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IELTS Academic Writing Part One tips and useful phrases Look at the IELTS Writing Part One

task(s) your teacher gives you and try to think of tips for doing well in this part of the exam. Cross out or change any of the tips below which you don’t agree with. Describe all of the information given Start your introduction with a very general description of the graph, table, etc. Split the information into two main paragraphs and describe how you have done so at the end of your introduction Always start the main paragraphs with expressions meaning “First” and “Second” Describe the most important information at the beginning of each main paragraph Avoid starting sentences with “and” and “but” Try to avoid simple time clauses like “in 1997” and “at seven o’clock” Compare and contrast Write a conclusion giving the reasons for the data being that way Avoid simple phrases like “go up”, “go down” and “stay flat” Be more specific about the changes Use reference phrases rather than repeating the subject Write exactly 150 words Write approximately 150 words Write as many words as you can Describe everything in the Present Simple tense Use more complex tenses if you can Try to avoid using words and phrases from the question If you can’t think of words which aren’t in the question, just change the parts of speech of the words that are there Written by Alex Case for UsingEnglish.com © 2011

Suggested phrases Describe all of the information given – Not a good idea. It would be too long, the language would be too simple, and it goes against the instructions in the exam. Start your introduction with a very general description of the graph, table, etc. – Start your introduction with a very general description of the graph, table, etc. - “The (line) graph/ bar chart (= bar graph)/ pie chart/ map/ table/ diagram…”, “… shows/ represents/ compares/ illustrates…”, “information/ data/ figures” Split the information into two main paragraphs and describe how you have done so at the end of your introduction – “I will describe… and then…”/ “First, I will .. and after that I will…”, In the first paragraph I will… and in the following paragraph I will…” Always start the main paragraphs with expressions meaning “First” and “Second” – Not a good idea. These expressions should be used with some kind of list. Describe the most important information at the beginning of each main paragraph – “The first thing you notice…”, “The most noticeable… is…”, “The biggest/ most noticeable/ most important difference/ similarity between the lines/ graphs is…”, “Overall,…”, “The main trend…”, “In general,…”, “The thing that stands out (most) is…” Avoid starting sentences with “and” and “but” – “However”, “Furthermore”, “Moreover”, “In contrast”, “In addition” Try to avoid simple time clauses like “in 1997” and “at seven o’clock” – “subsequently”, “between… and…”, “at the same point (in time)”, “late in the afternoon”, “initially”, “following that” Compare and contrast – “Comparing the…”, “(far/ much) …er/ more/ less…”, “(not) as… as…”, “similar/ almost the same”, “…,whereas…”, “In contrast,…”, “(almost) the opposite” “While…,…”, “… shows a rather/ very different pattern/ trend.”, “We can contrast this with…”, “… is (a/ the) (major) exception…” Write a conclusion giving the reasons for the data being that way – Not needed because the question doesn’t ask you to do that, and usually very difficult because you don’t know enough to draw a conclusion Avoid simple phrases like “go up”, “go down” and “stay flat” – “rise”, “fall”, “remain stable”, “decline”, “drop”, “fall”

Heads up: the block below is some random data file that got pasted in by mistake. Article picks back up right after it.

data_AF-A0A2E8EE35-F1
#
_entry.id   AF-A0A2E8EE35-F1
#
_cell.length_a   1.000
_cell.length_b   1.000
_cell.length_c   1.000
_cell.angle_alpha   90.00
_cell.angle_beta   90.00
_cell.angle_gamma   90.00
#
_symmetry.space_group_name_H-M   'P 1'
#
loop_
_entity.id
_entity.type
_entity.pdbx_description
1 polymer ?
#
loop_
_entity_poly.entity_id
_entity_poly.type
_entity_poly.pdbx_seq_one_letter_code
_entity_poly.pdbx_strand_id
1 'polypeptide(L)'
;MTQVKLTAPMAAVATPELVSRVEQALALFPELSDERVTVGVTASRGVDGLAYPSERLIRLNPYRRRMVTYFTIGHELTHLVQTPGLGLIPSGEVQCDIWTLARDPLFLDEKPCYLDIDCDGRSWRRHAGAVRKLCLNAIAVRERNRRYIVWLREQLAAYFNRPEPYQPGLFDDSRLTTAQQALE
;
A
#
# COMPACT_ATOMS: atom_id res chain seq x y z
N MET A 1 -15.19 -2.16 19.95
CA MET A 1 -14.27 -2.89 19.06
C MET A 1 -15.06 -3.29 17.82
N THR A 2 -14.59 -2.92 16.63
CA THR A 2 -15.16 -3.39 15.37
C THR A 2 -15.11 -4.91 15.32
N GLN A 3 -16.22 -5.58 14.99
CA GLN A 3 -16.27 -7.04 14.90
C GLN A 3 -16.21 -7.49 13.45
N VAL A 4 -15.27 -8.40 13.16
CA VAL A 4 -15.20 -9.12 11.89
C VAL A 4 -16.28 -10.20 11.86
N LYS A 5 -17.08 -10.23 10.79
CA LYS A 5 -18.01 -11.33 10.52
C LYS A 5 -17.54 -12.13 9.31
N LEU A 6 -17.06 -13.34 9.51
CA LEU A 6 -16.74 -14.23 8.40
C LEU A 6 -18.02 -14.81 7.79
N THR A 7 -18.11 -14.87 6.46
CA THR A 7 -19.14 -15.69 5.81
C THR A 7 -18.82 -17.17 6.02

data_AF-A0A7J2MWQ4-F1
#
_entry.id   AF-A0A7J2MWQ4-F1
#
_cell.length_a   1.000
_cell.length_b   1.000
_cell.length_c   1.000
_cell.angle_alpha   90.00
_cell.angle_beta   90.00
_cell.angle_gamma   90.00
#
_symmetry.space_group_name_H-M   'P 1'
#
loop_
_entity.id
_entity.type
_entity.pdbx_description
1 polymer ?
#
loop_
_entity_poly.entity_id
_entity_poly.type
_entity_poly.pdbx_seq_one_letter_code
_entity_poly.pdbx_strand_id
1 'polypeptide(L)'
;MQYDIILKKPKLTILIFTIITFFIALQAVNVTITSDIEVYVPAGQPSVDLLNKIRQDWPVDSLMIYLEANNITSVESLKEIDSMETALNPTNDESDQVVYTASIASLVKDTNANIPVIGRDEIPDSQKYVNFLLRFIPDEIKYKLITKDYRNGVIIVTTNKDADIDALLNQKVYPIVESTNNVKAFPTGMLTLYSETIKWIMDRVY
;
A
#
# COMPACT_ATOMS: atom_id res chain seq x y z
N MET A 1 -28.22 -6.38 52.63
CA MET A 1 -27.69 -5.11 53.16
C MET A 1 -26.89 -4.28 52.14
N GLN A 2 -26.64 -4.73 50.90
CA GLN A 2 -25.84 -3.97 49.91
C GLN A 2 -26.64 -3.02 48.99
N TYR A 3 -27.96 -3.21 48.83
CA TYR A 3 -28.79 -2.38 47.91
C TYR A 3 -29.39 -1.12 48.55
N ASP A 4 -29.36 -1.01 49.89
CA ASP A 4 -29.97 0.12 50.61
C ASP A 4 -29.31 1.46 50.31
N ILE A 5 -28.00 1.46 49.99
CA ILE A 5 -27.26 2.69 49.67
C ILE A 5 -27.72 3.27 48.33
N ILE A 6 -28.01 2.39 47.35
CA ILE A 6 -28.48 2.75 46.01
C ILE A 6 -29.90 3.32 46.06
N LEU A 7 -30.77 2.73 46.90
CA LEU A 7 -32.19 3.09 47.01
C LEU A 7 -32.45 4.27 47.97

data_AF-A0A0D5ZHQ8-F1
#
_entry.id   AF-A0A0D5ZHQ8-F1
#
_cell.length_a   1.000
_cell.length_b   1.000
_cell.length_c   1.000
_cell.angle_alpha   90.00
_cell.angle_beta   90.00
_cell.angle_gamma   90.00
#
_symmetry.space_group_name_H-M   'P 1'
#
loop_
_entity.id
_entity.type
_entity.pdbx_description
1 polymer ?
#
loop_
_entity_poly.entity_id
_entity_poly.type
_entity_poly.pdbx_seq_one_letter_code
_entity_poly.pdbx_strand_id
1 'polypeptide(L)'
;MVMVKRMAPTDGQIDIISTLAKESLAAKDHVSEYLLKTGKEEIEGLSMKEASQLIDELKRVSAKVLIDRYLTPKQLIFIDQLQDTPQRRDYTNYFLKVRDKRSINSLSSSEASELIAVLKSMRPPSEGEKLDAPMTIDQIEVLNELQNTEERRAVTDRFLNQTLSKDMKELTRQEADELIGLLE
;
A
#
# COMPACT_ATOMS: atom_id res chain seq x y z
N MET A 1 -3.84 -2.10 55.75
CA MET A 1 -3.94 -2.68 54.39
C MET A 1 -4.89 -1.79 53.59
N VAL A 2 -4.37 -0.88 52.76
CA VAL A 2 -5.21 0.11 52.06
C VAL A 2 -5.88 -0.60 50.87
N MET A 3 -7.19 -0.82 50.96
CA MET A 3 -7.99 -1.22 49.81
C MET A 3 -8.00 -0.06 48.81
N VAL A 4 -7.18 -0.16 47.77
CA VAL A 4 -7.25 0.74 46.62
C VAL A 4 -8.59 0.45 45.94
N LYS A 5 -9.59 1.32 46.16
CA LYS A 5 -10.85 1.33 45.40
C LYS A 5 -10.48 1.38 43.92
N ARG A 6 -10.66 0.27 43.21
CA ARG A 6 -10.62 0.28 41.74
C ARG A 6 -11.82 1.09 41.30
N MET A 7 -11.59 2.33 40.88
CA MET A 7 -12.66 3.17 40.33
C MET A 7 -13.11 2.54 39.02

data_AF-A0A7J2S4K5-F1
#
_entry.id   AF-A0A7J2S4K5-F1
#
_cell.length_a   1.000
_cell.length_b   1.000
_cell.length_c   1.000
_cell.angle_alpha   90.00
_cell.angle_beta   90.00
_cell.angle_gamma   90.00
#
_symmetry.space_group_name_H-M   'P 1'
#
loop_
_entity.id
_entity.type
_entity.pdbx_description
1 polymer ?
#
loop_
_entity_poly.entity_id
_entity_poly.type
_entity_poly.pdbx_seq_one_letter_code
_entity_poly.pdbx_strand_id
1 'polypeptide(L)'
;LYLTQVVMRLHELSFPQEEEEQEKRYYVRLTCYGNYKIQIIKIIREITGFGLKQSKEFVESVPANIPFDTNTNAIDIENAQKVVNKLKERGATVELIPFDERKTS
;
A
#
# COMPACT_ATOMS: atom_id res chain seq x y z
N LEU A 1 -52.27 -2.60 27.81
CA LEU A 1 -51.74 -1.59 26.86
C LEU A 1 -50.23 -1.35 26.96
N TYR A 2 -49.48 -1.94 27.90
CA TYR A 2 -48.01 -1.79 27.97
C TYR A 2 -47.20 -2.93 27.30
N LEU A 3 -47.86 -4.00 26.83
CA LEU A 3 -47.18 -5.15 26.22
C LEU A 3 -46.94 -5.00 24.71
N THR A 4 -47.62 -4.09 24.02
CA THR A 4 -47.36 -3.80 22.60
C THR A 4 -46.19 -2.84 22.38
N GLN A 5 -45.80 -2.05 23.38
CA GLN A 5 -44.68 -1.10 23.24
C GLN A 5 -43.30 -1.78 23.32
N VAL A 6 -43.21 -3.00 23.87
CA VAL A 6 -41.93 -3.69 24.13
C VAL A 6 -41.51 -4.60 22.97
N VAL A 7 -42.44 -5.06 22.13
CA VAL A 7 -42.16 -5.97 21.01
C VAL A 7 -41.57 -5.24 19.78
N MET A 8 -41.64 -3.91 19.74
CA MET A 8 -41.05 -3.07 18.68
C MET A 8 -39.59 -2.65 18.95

Written by Alex Case for UsingEnglish.com © 2011

Be more specific about the changes – “significant(ly)”, “huge(ly)”, “dramatic(ally)”, “considerable/bly”, “gradual(ly)”, “slight(ly)”, “steady/ily”, “sharp(ly)”, “shoot up”, “crash”, “bottom out”, “bounce back” Use reference phrases rather than repeating the subject – “The former”, “The latter”, “This”, “Both”, “Only the first of these…” Write exactly 150 words – Not a good idea, because you’d have to spend too long rewriting and there’s no need to waste time counting every word Write approximately 150 words – Not a good idea because it must be 150 words or more, so 149 words isn’t enough Write as many words as you can – Not a good idea because it will waste time and won’t summarise enough (as you are asked to in the question) Describe everything in the Present Simple tense – It is better to use more complex language Use more complex tenses if you can – “will (+ be + ing)”, “have + been + ing” Try to avoid using words and phrases from the question – Depends on the question If you can’t think of words which aren’t in the question, just change the parts of speech of the words that are there – Depends on the question

Written by Alex Case for UsingEnglish.com © 2011